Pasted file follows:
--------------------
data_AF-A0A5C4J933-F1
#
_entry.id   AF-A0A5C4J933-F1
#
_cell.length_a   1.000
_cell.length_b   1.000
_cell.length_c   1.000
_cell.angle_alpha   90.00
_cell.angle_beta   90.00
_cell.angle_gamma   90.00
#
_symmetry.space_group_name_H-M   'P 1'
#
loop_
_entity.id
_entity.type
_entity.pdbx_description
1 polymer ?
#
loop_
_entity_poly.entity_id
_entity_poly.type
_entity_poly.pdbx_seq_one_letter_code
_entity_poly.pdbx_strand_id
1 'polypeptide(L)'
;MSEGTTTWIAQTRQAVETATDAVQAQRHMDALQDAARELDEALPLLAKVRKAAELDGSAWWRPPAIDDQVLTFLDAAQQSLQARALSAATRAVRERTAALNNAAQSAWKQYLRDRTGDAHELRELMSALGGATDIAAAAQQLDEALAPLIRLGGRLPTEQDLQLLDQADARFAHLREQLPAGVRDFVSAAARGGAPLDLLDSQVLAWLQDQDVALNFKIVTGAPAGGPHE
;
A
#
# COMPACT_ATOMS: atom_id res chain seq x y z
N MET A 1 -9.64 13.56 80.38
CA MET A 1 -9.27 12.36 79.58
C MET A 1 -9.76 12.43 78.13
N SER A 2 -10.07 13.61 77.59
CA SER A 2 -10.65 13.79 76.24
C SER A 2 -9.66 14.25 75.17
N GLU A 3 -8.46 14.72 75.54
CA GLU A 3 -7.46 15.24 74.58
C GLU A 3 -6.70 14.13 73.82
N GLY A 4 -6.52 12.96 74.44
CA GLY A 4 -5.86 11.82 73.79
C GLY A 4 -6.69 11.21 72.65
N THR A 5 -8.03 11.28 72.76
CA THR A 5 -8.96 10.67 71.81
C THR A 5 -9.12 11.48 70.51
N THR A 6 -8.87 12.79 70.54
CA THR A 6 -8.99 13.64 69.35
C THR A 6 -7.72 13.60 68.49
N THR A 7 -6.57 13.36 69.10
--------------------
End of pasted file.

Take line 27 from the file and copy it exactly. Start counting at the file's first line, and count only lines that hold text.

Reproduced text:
;